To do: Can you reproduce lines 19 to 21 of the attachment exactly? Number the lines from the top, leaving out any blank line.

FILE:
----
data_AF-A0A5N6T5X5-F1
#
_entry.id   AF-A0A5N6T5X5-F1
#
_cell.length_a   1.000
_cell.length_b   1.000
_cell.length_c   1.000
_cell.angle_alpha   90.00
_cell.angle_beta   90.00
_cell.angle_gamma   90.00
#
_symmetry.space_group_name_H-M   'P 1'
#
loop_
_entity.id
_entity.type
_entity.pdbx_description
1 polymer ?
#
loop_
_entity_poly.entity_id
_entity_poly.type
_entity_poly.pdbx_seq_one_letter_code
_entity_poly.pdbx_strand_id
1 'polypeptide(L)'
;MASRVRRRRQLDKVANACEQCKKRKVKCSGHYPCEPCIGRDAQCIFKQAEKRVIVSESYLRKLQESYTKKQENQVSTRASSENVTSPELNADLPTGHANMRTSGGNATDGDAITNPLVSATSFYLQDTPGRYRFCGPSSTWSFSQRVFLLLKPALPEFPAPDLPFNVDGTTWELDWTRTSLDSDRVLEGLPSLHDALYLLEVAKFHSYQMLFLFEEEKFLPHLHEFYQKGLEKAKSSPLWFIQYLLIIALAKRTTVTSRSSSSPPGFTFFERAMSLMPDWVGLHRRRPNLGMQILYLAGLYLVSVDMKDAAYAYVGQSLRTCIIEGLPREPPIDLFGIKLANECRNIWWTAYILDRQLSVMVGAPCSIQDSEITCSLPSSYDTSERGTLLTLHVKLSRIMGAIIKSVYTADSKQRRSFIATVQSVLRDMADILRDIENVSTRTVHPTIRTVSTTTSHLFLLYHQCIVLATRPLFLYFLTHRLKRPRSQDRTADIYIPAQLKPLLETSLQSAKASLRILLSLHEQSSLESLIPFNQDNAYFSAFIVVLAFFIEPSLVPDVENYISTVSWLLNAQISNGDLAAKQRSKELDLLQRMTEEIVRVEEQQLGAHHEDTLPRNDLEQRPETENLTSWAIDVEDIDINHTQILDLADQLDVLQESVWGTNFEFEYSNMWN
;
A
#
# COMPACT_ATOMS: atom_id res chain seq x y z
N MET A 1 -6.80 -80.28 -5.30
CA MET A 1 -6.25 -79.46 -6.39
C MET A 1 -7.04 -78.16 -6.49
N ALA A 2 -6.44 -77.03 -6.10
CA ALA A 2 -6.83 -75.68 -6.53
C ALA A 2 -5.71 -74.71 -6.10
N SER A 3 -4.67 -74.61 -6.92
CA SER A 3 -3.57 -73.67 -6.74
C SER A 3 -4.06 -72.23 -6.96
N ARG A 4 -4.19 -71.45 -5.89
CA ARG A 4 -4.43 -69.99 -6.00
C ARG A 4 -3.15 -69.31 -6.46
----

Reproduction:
#
loop_
_entity_poly.entity_id